Over a year ago we saw Steven Knight makes his directorial debut with Redemption. The acclaimed screenwriter behind Eastern Promises and Dirty Pretty Things exhibited a clean eye for striking images and keen acting, with Jason Statham giving the most dramatically compelling performance of his career. It was a conventional yarn, despite being about a nun and a haunted gangster falling in love, but it was finely told, if a bit safe. Knight’s second effort behind the camera, Locke, doesn’t play it safe at all, yielding a powerful 85-minute result.
We’ve seen plenty of single location films, but setting a movie almost entirely in a car with a character consistently talking on the phone is ambition itself. Knight’s script matches that audacity. Locke is a thriller, except the suspense comes from interpersonal drama, not gun fights and explosions.
Ivan Locke (Tom Hardy) is a hardworking and honest family man. It’s a big night for him: his family is excited to watch a major football match together and the next day he’s meant to oversee the biggest concrete pour in European history. The problem is he won’t be present for either the football match or the pour. Months earlier he cheated on his wife (voiced by Ruth Wilson) with Bethan (voiced by Olivia Colman), who’s about to give birth to his child. She’s having a premature delivery, and Locke wants to be there for the child, so he’s driving to meet her at the hospital.
Within his car, he’ll have to tell his wife about the affair, his bosses about leaving town, and make sure everything goes according at work the next day. These major stakes aren’t big because of high dollars or death, but because Ivan’s whole world is falling apart, and it’s all his fault. He’s forced to have these life-changing conversations over the phone when driving. While that doesn’t sound cinematic, Locke certainly is.
Knight’s approach with cinematographer Harris Zambarloukos (Venus) is simplistic but effective. There are a few stylish touches, without Knight and Zambarloukos ever getting too showy. There’s almost always something going on with Locke, so Knight keeps the camera focused on Hardy’s commanding performance, and the result is striking.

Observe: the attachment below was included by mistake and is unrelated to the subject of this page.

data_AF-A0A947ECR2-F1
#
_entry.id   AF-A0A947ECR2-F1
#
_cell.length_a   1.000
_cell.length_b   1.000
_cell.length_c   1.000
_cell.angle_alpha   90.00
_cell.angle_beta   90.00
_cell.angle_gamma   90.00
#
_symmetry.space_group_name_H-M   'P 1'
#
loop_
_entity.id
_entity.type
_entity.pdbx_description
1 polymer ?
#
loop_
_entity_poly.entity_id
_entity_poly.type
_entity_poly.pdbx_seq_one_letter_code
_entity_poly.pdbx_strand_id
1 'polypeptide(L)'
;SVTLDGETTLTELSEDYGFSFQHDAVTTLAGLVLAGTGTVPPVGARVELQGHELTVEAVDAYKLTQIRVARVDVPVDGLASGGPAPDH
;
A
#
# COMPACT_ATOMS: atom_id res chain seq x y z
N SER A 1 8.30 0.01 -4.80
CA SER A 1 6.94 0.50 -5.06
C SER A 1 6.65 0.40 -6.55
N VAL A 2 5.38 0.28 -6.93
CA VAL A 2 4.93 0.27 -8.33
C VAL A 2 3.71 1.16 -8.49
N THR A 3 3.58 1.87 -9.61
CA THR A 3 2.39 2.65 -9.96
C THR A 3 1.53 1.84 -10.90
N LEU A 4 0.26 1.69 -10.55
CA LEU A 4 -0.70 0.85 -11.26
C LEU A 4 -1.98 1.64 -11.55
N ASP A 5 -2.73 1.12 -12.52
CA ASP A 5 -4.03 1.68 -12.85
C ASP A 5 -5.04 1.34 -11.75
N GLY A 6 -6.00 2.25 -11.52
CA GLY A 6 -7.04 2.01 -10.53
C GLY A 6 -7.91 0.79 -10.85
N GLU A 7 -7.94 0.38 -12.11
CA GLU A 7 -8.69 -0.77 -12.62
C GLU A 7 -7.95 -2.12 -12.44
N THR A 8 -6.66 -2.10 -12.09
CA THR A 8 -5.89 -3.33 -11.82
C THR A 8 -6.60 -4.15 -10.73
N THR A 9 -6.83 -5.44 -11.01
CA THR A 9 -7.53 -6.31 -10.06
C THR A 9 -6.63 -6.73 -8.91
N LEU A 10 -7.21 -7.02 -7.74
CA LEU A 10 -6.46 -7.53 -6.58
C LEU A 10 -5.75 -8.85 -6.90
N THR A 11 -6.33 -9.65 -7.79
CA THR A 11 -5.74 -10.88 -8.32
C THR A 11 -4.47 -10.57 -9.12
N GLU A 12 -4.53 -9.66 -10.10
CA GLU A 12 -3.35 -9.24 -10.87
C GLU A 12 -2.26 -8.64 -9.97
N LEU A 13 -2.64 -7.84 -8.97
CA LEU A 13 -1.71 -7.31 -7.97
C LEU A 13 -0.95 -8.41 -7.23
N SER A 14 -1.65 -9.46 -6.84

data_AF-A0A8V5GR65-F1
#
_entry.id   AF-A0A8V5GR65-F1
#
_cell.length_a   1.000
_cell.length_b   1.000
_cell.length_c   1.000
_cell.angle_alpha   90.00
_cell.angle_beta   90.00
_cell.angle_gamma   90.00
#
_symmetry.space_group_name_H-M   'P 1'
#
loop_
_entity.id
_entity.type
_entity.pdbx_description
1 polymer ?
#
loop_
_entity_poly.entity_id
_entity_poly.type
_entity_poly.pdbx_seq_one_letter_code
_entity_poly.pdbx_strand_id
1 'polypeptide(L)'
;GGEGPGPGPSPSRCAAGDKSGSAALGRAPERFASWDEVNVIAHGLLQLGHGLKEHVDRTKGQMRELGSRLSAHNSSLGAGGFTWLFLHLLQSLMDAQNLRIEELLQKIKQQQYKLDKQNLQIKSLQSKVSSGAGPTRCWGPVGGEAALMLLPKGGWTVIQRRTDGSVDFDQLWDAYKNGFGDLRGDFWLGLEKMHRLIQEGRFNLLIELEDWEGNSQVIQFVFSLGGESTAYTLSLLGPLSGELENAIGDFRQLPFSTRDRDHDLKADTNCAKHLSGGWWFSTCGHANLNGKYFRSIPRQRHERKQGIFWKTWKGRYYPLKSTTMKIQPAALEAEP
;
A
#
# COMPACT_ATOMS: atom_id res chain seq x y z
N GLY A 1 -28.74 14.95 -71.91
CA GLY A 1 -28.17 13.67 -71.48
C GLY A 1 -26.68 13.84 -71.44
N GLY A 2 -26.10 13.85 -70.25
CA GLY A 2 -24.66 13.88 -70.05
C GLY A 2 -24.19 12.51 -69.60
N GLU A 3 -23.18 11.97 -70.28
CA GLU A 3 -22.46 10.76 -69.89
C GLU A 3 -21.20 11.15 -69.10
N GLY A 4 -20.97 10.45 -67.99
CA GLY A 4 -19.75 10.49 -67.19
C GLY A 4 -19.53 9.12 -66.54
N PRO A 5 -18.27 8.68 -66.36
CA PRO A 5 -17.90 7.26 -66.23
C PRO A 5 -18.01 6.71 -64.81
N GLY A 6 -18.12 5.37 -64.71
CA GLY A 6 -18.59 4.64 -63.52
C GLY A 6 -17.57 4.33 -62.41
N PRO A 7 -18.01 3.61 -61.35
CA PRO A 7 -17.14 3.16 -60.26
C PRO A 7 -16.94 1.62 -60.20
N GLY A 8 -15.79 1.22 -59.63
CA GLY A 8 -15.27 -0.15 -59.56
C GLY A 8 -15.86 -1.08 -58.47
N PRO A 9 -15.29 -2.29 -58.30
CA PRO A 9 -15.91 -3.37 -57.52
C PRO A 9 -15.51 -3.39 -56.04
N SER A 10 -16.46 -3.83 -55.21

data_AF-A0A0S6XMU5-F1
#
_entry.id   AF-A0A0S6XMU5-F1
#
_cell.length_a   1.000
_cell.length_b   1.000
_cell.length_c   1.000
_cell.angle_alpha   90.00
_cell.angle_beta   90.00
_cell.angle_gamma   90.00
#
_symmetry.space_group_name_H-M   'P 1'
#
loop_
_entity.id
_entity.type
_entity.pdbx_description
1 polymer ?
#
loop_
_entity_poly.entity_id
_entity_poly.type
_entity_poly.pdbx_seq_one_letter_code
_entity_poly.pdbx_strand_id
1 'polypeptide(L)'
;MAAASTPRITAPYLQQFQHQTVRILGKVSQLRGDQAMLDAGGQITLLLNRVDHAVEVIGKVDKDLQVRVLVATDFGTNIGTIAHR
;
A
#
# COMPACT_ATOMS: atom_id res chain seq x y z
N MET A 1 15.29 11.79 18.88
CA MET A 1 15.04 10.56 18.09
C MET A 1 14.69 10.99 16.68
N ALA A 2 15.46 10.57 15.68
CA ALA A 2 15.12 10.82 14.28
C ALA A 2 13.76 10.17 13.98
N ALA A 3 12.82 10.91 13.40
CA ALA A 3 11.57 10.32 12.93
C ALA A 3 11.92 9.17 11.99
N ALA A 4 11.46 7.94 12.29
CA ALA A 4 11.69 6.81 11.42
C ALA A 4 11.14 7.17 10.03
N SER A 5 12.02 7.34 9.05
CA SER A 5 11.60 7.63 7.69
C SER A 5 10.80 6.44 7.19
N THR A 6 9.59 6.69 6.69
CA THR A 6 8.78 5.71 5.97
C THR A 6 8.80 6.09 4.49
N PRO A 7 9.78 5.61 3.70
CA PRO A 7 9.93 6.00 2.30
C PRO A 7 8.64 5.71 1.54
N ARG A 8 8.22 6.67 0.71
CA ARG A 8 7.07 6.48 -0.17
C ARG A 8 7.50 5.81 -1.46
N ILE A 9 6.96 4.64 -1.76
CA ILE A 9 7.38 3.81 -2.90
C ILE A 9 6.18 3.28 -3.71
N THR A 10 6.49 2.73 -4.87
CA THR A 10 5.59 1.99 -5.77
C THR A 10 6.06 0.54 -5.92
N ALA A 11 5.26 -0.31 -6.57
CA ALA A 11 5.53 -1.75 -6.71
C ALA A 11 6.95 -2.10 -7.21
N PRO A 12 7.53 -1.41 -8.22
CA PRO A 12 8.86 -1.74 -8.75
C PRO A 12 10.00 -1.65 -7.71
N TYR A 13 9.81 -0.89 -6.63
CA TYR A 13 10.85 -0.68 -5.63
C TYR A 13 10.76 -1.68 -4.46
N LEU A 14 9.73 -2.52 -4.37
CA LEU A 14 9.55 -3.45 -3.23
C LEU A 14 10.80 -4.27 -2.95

Of course the movie lives on the shoulders of the writing, the acting and the challenges both present. Since he’s almost always driving, Hardy doesn’t have his whole body to express himself. Thankfully for Hardy, he doesn’t need it. Facial expressions and vocal tones are enough to express a wide range of emotions from a clearly conflicted character, and there’s plenty for him to chew on with Knight’s script. Locke is a great protagonist struggling with a enticing concept: doing what’s right, but arguably not what’s best. He’s empathetic because he’s entirely aware of his wrongdoing and because it seems like his one slip-up — a great guy who did one very bad thing. Locke never excuses his actions, which is part of what makes you hope he can manage to rebuild his life and keep a job that acts as a literal and metaphorical opportunity for starting fresh.
For both Ivan Locke and the audience, it’s an emotional ride. Even only through their voices, we get fully-realized characters from these phone calls. When Locke says Bethan is a lonely woman, we can hear what he’s talking about through Colman’s vulnerable intonations. The same skill recognition goes for the rest of the cast, including Ruth Wilson, a real star and talent on the rise. These actors get across emotional gut punches transmitted through cell towers, matching Hardy’s heavy presence behind the wheel.
Amid the dial tones, Locke also speaks with his dead father, who he may or may not see in the backseat. The character shows his greatest fear is becoming his father through heartfelt conversations with his wife, so the moments directly confronting the specter of who he wants to avoid are slightly redundant, but they’re emotionally charged scenes, creating a different kind of tension and interaction for the car-bound Locke. Seeing Hardy forgo his cool demeanor to blow off some steam at this ghost shows that Locke is human, a man struggling with fear and a lot of pain beneath a carefully honed persona. He’s not just the calm problem solver we see for most of the movie.
Because of engrossing performances (both live and over the phone) and a tight, personal crisis-launched script, this is an expertly tuned dramatic thriller that, like Ivan Locke, has no time to slowdown.
The Upside: Tom Hardy’s performance; suspenseful; shot with a simple beauty
The Downside: Bethan giving birth the night before the pour seems more of a plot contrivance than bad timing
On The Side: They shot the movie beginning to end a total of 16 times.